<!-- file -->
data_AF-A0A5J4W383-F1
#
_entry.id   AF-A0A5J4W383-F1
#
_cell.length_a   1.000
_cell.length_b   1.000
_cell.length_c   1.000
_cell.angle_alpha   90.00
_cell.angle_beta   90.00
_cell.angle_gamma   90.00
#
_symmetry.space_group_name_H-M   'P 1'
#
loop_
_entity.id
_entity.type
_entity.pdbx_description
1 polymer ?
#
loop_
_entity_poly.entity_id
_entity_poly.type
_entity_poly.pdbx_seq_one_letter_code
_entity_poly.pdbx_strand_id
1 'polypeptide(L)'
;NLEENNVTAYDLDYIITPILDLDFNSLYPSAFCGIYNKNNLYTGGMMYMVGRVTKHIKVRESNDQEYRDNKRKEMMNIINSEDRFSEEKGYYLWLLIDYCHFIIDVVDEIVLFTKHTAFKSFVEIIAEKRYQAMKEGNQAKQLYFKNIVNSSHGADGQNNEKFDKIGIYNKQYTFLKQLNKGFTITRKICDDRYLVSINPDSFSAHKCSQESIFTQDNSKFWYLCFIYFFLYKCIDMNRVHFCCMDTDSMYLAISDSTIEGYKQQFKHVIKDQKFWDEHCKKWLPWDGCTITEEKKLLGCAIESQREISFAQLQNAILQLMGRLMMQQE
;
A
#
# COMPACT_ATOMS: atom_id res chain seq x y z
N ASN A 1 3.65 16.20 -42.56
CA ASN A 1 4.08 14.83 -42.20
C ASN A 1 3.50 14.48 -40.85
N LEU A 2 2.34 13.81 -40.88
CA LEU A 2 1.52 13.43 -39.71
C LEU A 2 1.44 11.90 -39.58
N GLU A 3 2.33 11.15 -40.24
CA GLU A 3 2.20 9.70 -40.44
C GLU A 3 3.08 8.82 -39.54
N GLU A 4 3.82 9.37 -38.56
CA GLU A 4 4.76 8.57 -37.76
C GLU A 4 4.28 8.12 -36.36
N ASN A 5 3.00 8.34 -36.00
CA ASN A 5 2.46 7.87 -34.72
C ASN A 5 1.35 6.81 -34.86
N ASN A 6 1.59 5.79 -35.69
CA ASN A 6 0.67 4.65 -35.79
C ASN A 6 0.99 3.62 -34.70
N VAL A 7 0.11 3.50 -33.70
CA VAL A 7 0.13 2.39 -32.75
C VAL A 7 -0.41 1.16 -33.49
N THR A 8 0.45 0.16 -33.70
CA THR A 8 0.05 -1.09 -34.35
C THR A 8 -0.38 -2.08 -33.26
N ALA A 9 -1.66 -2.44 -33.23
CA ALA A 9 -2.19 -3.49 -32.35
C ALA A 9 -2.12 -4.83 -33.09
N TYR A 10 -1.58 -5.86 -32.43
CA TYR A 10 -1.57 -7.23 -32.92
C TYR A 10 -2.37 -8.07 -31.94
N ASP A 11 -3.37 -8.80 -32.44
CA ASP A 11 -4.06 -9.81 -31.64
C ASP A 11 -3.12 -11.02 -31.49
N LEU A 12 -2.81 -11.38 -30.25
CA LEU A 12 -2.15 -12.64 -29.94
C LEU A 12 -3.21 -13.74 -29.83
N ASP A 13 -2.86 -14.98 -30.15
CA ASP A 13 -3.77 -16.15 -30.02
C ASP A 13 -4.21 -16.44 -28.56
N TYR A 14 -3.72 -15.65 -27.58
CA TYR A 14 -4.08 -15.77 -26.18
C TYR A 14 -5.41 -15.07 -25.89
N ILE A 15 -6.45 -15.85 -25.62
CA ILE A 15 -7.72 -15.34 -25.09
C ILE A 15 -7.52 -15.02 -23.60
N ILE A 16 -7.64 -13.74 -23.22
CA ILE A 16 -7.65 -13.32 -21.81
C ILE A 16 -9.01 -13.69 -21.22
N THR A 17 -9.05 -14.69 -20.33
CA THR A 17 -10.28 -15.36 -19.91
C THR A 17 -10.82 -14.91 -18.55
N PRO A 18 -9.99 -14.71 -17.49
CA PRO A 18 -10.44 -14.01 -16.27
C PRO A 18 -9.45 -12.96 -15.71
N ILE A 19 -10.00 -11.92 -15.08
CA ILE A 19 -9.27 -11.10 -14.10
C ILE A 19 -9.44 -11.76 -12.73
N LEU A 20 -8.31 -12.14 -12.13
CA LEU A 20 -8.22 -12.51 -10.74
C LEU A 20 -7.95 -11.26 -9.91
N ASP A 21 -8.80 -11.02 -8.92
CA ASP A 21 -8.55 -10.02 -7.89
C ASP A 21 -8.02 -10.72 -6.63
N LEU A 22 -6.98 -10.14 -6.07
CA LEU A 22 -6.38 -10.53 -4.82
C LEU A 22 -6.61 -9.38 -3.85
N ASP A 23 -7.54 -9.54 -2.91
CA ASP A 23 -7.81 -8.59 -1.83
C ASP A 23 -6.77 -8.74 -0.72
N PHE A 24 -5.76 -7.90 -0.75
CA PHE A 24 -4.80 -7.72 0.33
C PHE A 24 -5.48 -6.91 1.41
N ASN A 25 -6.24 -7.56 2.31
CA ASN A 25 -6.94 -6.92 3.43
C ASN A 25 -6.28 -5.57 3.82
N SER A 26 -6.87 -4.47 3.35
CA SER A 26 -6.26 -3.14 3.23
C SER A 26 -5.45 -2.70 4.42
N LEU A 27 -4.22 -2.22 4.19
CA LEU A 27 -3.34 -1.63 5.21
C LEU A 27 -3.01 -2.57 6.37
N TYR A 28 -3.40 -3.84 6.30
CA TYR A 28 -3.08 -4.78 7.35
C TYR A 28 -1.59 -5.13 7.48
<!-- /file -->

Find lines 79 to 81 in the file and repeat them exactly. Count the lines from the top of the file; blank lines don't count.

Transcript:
N THR A 17 -9.05 -14.69 -20.33
CA THR A 17 -10.28 -15.36 -19.91
C THR A 17 -10.82 -14.91 -18.55